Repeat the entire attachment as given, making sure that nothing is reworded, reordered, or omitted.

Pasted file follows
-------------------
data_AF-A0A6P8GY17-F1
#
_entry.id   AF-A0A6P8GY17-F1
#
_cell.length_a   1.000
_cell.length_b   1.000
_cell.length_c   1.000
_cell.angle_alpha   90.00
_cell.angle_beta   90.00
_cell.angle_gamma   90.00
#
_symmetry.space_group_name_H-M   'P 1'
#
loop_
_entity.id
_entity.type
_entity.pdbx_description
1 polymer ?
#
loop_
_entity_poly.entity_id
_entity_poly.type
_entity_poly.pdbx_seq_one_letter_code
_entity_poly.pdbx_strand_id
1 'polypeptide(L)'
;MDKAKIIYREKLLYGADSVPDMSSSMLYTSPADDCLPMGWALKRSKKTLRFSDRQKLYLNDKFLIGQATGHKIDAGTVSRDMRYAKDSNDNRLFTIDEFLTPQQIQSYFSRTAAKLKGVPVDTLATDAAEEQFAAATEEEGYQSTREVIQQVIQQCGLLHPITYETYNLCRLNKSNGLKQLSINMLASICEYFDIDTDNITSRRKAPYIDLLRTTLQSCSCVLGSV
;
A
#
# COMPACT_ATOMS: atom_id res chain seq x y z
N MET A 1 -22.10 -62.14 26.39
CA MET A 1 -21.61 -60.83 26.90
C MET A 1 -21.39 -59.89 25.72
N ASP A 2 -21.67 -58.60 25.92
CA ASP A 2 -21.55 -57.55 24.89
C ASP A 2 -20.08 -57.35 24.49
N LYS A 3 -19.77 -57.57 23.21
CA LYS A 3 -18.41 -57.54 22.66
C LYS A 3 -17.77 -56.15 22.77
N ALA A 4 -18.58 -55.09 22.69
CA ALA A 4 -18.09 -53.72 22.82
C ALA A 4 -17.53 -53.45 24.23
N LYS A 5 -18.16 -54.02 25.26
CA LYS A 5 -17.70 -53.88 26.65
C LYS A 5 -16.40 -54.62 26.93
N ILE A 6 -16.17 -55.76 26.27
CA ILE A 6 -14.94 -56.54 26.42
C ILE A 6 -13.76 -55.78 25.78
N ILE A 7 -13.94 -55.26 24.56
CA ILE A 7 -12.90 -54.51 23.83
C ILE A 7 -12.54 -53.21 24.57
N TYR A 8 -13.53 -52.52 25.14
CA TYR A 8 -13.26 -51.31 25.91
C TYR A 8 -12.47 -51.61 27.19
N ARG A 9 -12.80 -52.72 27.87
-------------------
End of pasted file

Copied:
data_AF-A0A6P8GY17-F1
#
_entry.id   AF-A0A6P8GY17-F1
#
_cell.length_a   1.000
_cell.length_b   1.000
_cell.length_c   1.000
_cell.angle_alpha   90.00
_cell.angle_beta   90.00
_cell.angle_gamma   90.00
#
_symmetry.space_group_name_H-M   'P 1'
#
loop_
_entity.id
_entity.type
_entity.pdbx_description
1 polymer ?
#
loop_
_entity_poly.entity_id
_entity_poly.type
_entity_poly.pdbx_seq_one_letter_code
_entity_poly.pdbx_strand_id
1 'polypeptide(L)'
;MDKAKIIYREKLLYGADSVPDMSSSMLYTSPADDCLPMGWALKRSKKTLRFSDRQKLYLNDKFLIGQATGHKIDAGTVSRDMRYAKDSNDNRLFTIDEFLTPQQIQSYFSRTAAKLKGVPVDTLATDAAEEQFAAATEEEGYQSTREVIQQVIQQCGLLHPITYETYNLCRLNKSNGLKQLSINMLASICEYFDIDTDNITSRRKAPYIDLLRTTLQSCSCVLGSV
;
A
#
# COMPACT_ATOMS: atom_id res chain seq x y z
N MET A 1 -22.10 -62.14 26.39
CA MET A 1 -21.61 -60.83 26.90
C MET A 1 -21.39 -59.89 25.72
N ASP A 2 -21.67 -58.60 25.92
CA ASP A 2 -21.55 -57.55 24.89
C ASP A 2 -20.08 -57.35 24.49
N LYS A 3 -19.77 -57.57 23.21
CA LYS A 3 -18.41 -57.54 22.66
C LYS A 3 -17.77 -56.15 22.77
N ALA A 4 -18.58 -55.09 22.69
CA ALA A 4 -18.09 -53.72 22.82
C ALA A 4 -17.53 -53.45 24.23
N LYS A 5 -18.16 -54.02 25.26
CA LYS A 5 -17.70 -53.88 26.65
C LYS A 5 -16.40 -54.62 26.93
N ILE A 6 -16.17 -55.76 26.27
CA ILE A 6 -14.94 -56.54 26.42
C ILE A 6 -13.76 -55.78 25.78
N ILE A 7 -13.94 -55.26 24.56
CA ILE A 7 -12.90 -54.51 23.83
C ILE A 7 -12.54 -53.21 24.57
N TYR A 8 -13.53 -52.52 25.14
CA TYR A 8 -13.26 -51.31 25.91
C TYR A 8 -12.47 -51.61 27.19
N ARG A 9 -12.80 -52.72 27.87